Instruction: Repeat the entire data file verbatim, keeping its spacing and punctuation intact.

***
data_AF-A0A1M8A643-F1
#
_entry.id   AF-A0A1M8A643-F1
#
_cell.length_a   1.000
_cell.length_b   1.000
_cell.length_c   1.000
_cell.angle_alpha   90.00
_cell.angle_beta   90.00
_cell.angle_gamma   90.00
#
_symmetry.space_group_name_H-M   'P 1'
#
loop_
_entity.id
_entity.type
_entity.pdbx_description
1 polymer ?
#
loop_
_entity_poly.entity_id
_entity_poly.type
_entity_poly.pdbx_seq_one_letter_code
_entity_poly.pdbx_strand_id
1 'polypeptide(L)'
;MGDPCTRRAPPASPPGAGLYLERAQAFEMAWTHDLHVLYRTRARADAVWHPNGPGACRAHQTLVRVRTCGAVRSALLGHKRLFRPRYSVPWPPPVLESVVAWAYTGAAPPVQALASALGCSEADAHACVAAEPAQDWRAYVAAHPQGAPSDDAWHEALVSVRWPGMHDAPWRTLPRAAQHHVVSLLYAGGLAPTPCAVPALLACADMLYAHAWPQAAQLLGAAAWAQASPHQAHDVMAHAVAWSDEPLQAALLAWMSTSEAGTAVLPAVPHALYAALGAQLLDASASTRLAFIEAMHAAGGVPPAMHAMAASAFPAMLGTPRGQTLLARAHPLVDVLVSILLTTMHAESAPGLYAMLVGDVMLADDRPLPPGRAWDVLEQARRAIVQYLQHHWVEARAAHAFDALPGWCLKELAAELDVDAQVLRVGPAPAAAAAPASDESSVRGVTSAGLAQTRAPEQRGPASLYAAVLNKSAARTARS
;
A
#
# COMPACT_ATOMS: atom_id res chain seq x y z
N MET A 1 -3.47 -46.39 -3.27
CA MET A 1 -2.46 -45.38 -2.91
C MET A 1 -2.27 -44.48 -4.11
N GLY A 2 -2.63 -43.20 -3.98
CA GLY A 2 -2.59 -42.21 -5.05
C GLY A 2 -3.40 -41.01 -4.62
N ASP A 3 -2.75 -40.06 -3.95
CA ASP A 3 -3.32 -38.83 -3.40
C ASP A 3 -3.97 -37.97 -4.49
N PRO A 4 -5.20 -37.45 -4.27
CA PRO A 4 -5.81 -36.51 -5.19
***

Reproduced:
data_AF-A0A1M8A643-F1
#
_entry.id   AF-A0A1M8A643-F1
#
_cell.length_a   1.000
_cell.length_b   1.000
_cell.length_c   1.000
_cell.angle_alpha   90.00
_cell.angle_beta   90.00
_cell.angle_gamma   90.00
#
_symmetry.space_group_name_H-M   'P 1'
#
loop_
_entity.id
_entity.type
_entity.pdbx_description
1 polymer ?
#
loop_
_entity_poly.entity_id
_entity_poly.type
_entity_poly.pdbx_seq_one_letter_code
_entity_poly.pdbx_strand_id
1 'polypeptide(L)'
;MGDPCTRRAPPASPPGAGLYLERAQAFEMAWTHDLHVLYRTRARADAVWHPNGPGACRAHQTLVRVRTCGAVRSALLGHKRLFRPRYSVPWPPPVLESVVAWAYTGAAPPVQALASALGCSEADAHACVAAEPAQDWRAYVAAHPQGAPSDDAWHEALVSVRWPGMHDAPWRTLPRAAQHHVVSLLYAGGLAPTPCAVPALLACADMLYAHAWPQAAQLLGAAAWAQASPHQAHDVMAHAVAWSDEPLQAALLAWMSTSEAGTAVLPAVPHALYAALGAQLLDASASTRLAFIEAMHAAGGVPPAMHAMAASAFPAMLGTPRGQTLLARAHPLVDVLVSILLTTMHAESAPGLYAMLVGDVMLADDRPLPPGRAWDVLEQARRAIVQYLQHHWVEARAAHAFDALPGWCLKELAAELDVDAQVLRVGPAPAAAAAPASDESSVRGVTSAGLAQTRAPEQRGPASLYAAVLNKSAARTARS
;
A
#
# COMPACT_ATOMS: atom_id res chain seq x y z
N MET A 1 -3.47 -46.39 -3.27
CA MET A 1 -2.46 -45.38 -2.91
C MET A 1 -2.27 -44.48 -4.11
N GLY A 2 -2.63 -43.20 -3.98
CA GLY A 2 -2.59 -42.21 -5.05
C GLY A 2 -3.40 -41.01 -4.62
N ASP A 3 -2.75 -40.06 -3.95
CA ASP A 3 -3.32 -38.83 -3.40
C ASP A 3 -3.97 -37.97 -4.49
N PRO A 4 -5.20 -37.45 -4.27
CA PRO A 4 -5.81 -36.51 -5.19